Bluefield Daily Telegraph, Bluefield, WV

Breaking News

Z_CNHI News Service

October 29, 2013

Is the NCAA a sinking ship?

(Continued)

Who thinks Alabama’s Nick Saban or Kentucky’s John Calipari would endorse a deal like that?

The pros, other than baseball, aren’t going to invest in an expanded minor league system. Therefore, the colleges must be hoping that the professional leagues and their player associations further limit when an athlete can trade in his student-athlete status for a pro contract. So far there’s been no inclination that will happen, and if it ever should, you can bet with total assurance an athlete would challenge that move in court in a nanosecond.

At the same time, university power brokers are drawing a hard line on compensating players. Those top athletes, who see college as a place to hone their skills, can forget about getting paid. When it comes to money, there’s little love for the ones scoring the touchdowns or grabbing the rebounds.

Once again it was the Big Ten’s Delany, whose conference counts $310 million a year in revenue, according to Forbes, leading the charge. “If they’re not comfortable and want to monetize, let the minor leagues flourish,” he said.

He wasn’t the only one squashing that pay-for-play notion. According to an article in ESPN written by Howard Bryant, Syracuse coach Jim Boeheim said paying athletes was “the most idiotic suggestion of all time.” Duke’s Mike Krzyzewski, also an opponent of paying players, said it was time for colleges to “redefine amateurism.”

Perhaps it’s time that colleges also took a look at their mission statement and “redefine” the role college athletics should play in higher education and campus life in general.

The NCAA and college presidents are dancing close to the line where they appear to be painting athletes as the villains in this whole sordid mess.

Maybe the NCAA can find a way around the worrisome lawsuits it’s facing and maybe Emmert and his staff can make the NCAA a more workable and responsive organization. But maybe not.

Text Only
Z_CNHI News Service
  • The virtues of lying

    Two computational scientists set out recently to simulate the effects of lying in a virtual human population. Their results, published in the Proceedings of the Royal Society B, show that lying is essential for the growth of a cohesive social network.

    July 31, 2014

  • Sunburn isn't the only sign of summer that can leave you itchy and blistered

    You've got a rash. You quickly rule out the usual suspects: You haven't been gardening or hiking or even picnicking, so it's probably not a plant irritant such as poison ivy or wild parsnip; likewise, it's probably not chiggers or ticks carrying Lyme disease; and you haven't been swimming in a pond, which can harbor the parasite that causes swimmer's itch.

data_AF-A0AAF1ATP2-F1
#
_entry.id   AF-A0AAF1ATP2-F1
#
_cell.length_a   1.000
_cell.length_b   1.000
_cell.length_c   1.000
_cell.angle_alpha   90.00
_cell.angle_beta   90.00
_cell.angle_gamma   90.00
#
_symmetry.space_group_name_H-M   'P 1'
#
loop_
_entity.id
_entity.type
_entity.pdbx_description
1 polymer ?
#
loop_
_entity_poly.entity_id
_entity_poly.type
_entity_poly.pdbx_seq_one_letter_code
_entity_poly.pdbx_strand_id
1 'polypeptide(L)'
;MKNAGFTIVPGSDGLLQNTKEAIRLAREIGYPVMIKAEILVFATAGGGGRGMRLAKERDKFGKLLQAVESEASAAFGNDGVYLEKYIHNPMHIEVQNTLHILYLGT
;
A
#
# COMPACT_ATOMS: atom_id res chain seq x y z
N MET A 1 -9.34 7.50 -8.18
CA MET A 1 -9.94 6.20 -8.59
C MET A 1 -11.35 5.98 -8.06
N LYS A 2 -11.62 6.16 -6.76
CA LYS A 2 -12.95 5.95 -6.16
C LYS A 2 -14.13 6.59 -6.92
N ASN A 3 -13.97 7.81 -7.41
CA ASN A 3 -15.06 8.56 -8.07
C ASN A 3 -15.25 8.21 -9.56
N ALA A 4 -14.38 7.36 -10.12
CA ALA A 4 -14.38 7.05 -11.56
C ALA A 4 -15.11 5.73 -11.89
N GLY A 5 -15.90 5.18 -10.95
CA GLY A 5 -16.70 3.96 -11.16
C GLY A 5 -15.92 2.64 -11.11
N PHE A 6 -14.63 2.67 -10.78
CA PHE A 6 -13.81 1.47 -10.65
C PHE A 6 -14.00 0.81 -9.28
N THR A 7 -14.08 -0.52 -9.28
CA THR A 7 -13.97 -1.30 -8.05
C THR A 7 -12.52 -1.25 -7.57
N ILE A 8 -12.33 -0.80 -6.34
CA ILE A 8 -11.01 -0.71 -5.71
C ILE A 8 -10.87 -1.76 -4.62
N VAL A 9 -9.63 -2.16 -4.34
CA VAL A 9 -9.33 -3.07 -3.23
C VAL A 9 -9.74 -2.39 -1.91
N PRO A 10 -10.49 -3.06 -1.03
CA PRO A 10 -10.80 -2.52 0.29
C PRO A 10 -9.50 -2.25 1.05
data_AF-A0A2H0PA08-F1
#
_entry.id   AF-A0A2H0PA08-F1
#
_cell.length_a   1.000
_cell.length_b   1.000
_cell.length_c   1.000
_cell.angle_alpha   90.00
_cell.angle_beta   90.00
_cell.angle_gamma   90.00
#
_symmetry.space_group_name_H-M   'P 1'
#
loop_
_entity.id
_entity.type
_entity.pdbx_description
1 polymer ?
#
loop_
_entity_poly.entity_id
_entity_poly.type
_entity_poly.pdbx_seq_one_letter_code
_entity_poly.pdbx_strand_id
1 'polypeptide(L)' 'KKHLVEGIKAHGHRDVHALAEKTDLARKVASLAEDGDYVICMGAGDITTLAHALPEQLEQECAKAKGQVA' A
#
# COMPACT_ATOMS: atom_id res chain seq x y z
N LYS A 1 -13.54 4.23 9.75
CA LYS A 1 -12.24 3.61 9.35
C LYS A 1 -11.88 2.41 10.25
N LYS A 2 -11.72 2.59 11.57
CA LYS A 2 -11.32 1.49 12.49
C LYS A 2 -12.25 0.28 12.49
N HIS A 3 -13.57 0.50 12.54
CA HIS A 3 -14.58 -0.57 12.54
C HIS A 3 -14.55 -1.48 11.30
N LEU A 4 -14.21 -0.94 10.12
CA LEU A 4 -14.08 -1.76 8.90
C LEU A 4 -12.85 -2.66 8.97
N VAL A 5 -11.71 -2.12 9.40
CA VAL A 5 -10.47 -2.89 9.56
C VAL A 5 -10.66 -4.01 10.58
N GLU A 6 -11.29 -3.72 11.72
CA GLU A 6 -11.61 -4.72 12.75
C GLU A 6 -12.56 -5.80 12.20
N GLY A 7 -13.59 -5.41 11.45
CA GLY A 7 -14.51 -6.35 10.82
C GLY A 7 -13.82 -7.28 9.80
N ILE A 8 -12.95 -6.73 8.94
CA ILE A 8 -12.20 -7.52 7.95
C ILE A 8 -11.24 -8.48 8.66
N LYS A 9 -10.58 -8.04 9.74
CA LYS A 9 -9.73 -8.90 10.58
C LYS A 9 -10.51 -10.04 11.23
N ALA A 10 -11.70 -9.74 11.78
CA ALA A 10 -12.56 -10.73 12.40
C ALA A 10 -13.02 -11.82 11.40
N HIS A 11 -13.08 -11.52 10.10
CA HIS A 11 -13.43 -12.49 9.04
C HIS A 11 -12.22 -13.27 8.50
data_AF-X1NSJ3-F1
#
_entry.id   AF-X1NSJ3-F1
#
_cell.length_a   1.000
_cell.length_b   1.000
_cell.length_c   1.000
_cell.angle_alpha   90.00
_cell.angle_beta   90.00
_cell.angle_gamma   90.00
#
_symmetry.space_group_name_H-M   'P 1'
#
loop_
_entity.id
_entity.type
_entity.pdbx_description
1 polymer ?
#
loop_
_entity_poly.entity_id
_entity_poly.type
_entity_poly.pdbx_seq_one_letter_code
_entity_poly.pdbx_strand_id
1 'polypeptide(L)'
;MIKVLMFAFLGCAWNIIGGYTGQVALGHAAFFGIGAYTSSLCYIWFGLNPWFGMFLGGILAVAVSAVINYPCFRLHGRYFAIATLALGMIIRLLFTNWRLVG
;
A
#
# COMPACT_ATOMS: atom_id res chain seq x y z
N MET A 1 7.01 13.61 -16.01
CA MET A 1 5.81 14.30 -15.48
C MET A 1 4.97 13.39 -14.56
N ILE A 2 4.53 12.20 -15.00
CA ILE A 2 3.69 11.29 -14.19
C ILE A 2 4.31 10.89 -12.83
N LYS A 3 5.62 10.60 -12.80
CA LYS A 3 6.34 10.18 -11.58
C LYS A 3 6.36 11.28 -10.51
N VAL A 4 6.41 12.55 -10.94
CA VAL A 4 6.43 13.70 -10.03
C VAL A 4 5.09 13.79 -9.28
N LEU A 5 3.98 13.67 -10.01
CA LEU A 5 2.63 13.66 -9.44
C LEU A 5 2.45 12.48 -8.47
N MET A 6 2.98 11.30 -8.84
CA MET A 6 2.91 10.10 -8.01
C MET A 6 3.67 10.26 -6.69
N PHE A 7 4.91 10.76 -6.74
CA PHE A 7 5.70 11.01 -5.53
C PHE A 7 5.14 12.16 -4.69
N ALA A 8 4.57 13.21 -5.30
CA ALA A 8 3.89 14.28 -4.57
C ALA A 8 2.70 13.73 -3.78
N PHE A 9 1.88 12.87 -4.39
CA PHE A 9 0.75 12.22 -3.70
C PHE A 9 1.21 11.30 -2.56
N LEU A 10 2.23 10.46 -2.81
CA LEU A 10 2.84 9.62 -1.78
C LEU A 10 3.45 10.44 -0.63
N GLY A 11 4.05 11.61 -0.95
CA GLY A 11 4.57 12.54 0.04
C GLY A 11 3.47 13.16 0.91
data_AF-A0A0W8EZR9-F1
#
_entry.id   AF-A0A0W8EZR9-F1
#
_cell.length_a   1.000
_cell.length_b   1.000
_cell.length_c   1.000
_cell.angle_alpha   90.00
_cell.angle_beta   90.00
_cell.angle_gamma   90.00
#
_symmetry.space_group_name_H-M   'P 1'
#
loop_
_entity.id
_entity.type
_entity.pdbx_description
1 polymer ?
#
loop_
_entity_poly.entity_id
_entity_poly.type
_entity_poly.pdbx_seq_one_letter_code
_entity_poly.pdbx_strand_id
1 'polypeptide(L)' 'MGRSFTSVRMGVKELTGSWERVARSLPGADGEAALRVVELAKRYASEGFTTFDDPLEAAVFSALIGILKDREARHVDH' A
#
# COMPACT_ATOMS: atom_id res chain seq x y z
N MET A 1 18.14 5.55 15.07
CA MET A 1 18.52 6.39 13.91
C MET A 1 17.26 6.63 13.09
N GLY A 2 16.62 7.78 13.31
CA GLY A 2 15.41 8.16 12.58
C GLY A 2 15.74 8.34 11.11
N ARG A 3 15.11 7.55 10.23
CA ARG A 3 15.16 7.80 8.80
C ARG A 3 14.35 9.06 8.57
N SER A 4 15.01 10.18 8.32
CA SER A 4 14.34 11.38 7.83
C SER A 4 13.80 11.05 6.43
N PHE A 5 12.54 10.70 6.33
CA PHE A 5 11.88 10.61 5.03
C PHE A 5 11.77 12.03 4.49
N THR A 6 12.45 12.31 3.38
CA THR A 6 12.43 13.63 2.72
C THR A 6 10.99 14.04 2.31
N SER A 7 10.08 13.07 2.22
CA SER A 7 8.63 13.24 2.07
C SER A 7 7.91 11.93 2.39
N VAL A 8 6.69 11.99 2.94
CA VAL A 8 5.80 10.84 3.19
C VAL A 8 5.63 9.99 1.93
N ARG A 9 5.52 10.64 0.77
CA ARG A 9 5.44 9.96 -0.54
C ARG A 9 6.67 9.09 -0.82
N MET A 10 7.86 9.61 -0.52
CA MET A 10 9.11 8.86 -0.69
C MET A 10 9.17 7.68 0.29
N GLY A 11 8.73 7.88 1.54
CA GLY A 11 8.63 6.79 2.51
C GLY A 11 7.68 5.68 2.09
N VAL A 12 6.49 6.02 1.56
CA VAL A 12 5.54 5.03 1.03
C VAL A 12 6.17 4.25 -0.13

July 30, 2014

  • Survey results in legislation to battle sexual assault on campus

    Missouri U.S. Sen. Claire McCaskill joined a bipartisan group of senators Wednesday to announce legislation that aims to reduce the number of sexual assaults on college campuses.

    July 30, 2014

  • An alarming threat to airlines that no one's talking about

    It's been an abysmal year for the flying public. Planes have crashed in bad weather, disappeared over the Indian Ocean and tragically crossed paths with anti-aircraft missiles over Ukraine.

    July 30, 2014

  • Fast food comes to standstill in China

    The shortage of meat is the result of China's latest food scandal, in which a Shanghai supplier allegedly tackled the problem of expired meat by putting it in new packaging and shipping it to fast-food restaurants around the country

    July 28, 2014

  • Screen Shot 2014-07-28 at 1.33.11 PM.png VIDEO: High-dive accident caught on tape

    A woman at a water park in Idaho leaped off a 22-foot high dive platform, then tried to pull herself back up with frightening results. Fortunately, she escaped with only a cut to her finger.

    July 28, 2014 1 Photo

  • Brother sues W.Va. senator over business loan

    U.S. Sen. Joe Manchin's brother claims he's owed $1.7 million that he loaned to keep a family carpet out of bankruptcy in the 1980s.

    July 25, 2014

  • 072214 Diamond Llama 1.jpg Llama on the loose corralled in Missouri town

    A llama on the lam cruised Main Street Tuesday before it mistook a resident’s fenced backyard for a place to grab a meal and freshen up.

    July 22, 2014 2 Photos

  • VIDEO: New story emerges about Texas children locked in hot car

    After footage showed Texas shoppers breaking the windows of a hot car to rescue children trapped inside, additional witnesses have come forward to correct the story behind what has become a viral video.

    July 16, 2014

  • Screen Shot 2014-07-16 at 2.12.33 PM.png Gunshots narrowly miss TV reporter

    A reporter for a West Virginia television station narrowly escaped injury or worse Monday while covering a fatal weekend shooting in Beckley.

    July 16, 2014 1 Photo